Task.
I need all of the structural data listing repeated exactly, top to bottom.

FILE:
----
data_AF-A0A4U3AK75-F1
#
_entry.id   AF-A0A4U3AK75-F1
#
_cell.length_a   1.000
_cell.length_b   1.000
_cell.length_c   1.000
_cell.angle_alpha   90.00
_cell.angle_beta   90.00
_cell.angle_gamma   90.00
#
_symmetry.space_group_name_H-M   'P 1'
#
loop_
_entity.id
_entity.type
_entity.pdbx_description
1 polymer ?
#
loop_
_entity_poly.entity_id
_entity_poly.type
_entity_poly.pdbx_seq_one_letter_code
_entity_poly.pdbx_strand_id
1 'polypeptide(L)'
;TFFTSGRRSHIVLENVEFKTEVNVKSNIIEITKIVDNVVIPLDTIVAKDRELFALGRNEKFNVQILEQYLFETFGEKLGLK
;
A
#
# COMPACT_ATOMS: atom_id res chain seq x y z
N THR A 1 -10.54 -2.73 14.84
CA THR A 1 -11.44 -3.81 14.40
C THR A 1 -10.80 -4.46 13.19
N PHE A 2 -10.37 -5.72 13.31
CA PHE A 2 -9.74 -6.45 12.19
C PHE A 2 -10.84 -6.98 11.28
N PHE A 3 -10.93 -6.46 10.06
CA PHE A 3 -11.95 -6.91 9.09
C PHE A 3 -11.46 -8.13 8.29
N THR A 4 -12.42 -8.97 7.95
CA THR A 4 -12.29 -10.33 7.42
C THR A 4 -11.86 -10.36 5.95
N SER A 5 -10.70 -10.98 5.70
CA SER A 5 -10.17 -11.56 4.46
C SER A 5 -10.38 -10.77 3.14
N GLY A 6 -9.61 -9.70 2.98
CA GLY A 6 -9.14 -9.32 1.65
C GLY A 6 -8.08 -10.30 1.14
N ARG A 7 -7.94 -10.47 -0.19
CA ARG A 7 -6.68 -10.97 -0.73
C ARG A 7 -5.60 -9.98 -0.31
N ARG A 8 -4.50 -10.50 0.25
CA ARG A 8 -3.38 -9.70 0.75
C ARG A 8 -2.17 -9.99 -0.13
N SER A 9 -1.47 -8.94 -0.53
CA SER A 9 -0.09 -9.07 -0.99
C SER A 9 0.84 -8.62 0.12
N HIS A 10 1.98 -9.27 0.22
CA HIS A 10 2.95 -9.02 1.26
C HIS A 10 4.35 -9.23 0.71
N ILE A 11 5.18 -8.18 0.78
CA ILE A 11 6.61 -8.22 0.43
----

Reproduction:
data_AF-A0A4U3AK75-F1
#
_entry.id   AF-A0A4U3AK75-F1
#
_cell.length_a   1.000
_cell.length_b   1.000
_cell.length_c   1.000
_cell.angle_alpha   90.00
_cell.angle_beta   90.00
_cell.angle_gamma   90.00
#
_symmetry.space_group_name_H-M   'P 1'
#
loop_
_entity.id
_entity.type
_entity.pdbx_description
1 polymer ?
#
loop_
_entity_poly.entity_id
_entity_poly.type
_entity_poly.pdbx_seq_one_letter_code
_entity_poly.pdbx_strand_id
1 'polypeptide(L)'
;TFFTSGRRSHIVLENVEFKTEVNVKSNIIEITKIVDNVVIPLDTIVAKDRELFALGRNEKFNVQILEQYLFETFGEKLGLK
;
A
#
# COMPACT_ATOMS: atom_id res chain seq x y z
N THR A 1 -10.54 -2.73 14.84
CA THR A 1 -11.44 -3.81 14.40
C THR A 1 -10.80 -4.46 13.19
N PHE A 2 -10.37 -5.72 13.31
CA PHE A 2 -9.74 -6.45 12.19
C PHE A 2 -10.84 -6.98 11.28
N PHE A 3 -10.93 -6.46 10.06
CA PHE A 3 -11.95 -6.91 9.09
C PHE A 3 -11.46 -8.13 8.29
N THR A 4 -12.42 -8.97 7.95
CA THR A 4 -12.29 -10.33 7.42
C THR A 4 -11.86 -10.36 5.95
N SER A 5 -10.70 -10.98 5.70
CA SER A 5 -10.17 -11.56 4.46
C SER A 5 -10.38 -10.77 3.14
N GLY A 6 -9.61 -9.70 2.98
CA GLY A 6 -9.14 -9.32 1.65
C GLY A 6 -8.08 -10.30 1.14
N ARG A 7 -7.94 -10.47 -0.19
CA ARG A 7 -6.68 -10.97 -0.73
C ARG A 7 -5.60 -9.98 -0.31
N ARG A 8 -4.50 -10.50 0.25
CA ARG A 8 -3.38 -9.70 0.75
C ARG A 8 -2.17 -9.99 -0.13
N SER A 9 -1.47 -8.94 -0.53
CA SER A 9 -0.09 -9.07 -0.99
C SER A 9 0.84 -8.62 0.12
N HIS A 10 1.98 -9.27 0.22
CA HIS A 10 2.95 -9.02 1.26
C HIS A 10 4.35 -9.23 0.71
N ILE A 11 5.18 -8.18 0.78
CA ILE A 11 6.61 -8.22 0.43